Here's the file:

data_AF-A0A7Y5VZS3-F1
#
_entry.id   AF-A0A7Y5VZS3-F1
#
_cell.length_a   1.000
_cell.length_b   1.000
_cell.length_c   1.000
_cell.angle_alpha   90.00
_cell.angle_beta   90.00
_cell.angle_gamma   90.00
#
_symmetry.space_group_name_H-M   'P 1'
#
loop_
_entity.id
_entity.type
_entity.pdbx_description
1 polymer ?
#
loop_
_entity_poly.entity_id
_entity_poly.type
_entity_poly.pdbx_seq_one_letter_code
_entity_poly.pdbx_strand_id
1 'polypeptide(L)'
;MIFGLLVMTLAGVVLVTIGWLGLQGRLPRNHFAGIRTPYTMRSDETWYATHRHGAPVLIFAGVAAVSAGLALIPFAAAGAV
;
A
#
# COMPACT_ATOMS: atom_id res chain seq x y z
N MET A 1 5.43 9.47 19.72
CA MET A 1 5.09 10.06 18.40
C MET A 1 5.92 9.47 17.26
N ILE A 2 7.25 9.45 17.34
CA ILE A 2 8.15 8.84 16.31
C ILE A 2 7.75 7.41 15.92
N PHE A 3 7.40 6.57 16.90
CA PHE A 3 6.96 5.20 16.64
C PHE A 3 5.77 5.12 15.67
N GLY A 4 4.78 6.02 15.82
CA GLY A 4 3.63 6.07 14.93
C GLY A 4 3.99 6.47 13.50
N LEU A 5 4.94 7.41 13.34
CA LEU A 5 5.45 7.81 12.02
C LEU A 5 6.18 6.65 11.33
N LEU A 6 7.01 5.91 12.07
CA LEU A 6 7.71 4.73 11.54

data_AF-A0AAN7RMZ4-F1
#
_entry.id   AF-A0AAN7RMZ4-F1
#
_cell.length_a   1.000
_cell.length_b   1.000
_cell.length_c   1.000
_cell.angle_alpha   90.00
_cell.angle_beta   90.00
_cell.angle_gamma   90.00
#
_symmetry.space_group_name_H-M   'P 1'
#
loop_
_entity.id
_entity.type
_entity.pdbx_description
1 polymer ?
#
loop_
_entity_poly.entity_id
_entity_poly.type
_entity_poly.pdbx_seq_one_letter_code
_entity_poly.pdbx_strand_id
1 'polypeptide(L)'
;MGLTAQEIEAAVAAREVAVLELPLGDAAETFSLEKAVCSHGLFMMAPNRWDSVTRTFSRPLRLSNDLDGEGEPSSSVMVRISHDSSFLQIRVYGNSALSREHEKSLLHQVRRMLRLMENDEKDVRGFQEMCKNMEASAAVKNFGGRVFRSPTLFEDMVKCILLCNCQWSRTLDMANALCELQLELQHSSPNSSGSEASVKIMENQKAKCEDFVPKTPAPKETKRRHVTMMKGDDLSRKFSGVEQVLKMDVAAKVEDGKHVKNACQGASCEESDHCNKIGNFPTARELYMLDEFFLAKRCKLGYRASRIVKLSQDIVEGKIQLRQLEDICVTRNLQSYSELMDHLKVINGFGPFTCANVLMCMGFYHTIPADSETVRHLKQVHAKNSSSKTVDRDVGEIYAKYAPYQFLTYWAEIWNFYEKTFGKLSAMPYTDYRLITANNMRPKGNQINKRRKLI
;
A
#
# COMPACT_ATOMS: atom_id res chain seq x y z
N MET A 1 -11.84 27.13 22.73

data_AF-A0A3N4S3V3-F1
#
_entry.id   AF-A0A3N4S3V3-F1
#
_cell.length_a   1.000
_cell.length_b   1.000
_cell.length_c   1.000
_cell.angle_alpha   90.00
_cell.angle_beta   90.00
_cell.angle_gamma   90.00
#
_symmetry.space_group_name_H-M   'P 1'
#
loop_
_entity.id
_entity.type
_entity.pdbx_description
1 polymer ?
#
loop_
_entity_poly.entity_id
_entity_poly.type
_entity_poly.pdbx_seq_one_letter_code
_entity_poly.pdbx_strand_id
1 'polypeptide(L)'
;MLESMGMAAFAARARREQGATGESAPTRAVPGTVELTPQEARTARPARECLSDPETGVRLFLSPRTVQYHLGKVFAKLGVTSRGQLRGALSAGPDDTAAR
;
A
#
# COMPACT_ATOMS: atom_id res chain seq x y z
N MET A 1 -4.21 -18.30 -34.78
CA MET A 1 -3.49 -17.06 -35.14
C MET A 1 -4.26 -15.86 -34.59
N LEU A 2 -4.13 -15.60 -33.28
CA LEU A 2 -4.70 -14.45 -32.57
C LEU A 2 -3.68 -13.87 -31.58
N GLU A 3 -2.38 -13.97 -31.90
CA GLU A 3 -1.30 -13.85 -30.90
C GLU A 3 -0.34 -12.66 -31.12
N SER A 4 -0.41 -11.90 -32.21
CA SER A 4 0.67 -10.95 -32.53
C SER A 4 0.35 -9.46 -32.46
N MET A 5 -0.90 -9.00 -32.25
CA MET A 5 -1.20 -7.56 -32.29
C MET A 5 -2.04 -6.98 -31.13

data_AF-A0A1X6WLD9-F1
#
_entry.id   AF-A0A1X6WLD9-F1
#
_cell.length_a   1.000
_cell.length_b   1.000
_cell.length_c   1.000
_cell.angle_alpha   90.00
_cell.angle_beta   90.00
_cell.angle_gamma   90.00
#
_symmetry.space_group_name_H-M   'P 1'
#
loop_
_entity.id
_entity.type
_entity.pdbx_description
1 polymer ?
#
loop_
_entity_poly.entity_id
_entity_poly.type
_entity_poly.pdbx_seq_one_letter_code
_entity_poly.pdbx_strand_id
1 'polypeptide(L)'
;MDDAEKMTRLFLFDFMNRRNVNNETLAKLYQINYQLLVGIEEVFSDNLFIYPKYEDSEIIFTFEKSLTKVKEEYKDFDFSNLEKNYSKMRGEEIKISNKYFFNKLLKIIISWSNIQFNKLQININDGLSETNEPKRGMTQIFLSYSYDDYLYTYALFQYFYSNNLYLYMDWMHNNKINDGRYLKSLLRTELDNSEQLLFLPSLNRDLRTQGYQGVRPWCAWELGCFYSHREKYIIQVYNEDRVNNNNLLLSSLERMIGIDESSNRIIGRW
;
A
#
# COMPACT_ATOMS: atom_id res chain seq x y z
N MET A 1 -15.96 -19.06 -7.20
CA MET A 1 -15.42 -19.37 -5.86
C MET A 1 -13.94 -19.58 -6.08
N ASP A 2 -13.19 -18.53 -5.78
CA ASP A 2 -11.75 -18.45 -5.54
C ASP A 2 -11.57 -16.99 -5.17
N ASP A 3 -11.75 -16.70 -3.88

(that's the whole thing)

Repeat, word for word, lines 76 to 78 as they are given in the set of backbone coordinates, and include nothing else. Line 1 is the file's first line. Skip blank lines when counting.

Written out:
#
# COMPACT_ATOMS: atom_id res chain seq x y z
N MET A 1 -11.84 27.13 22.73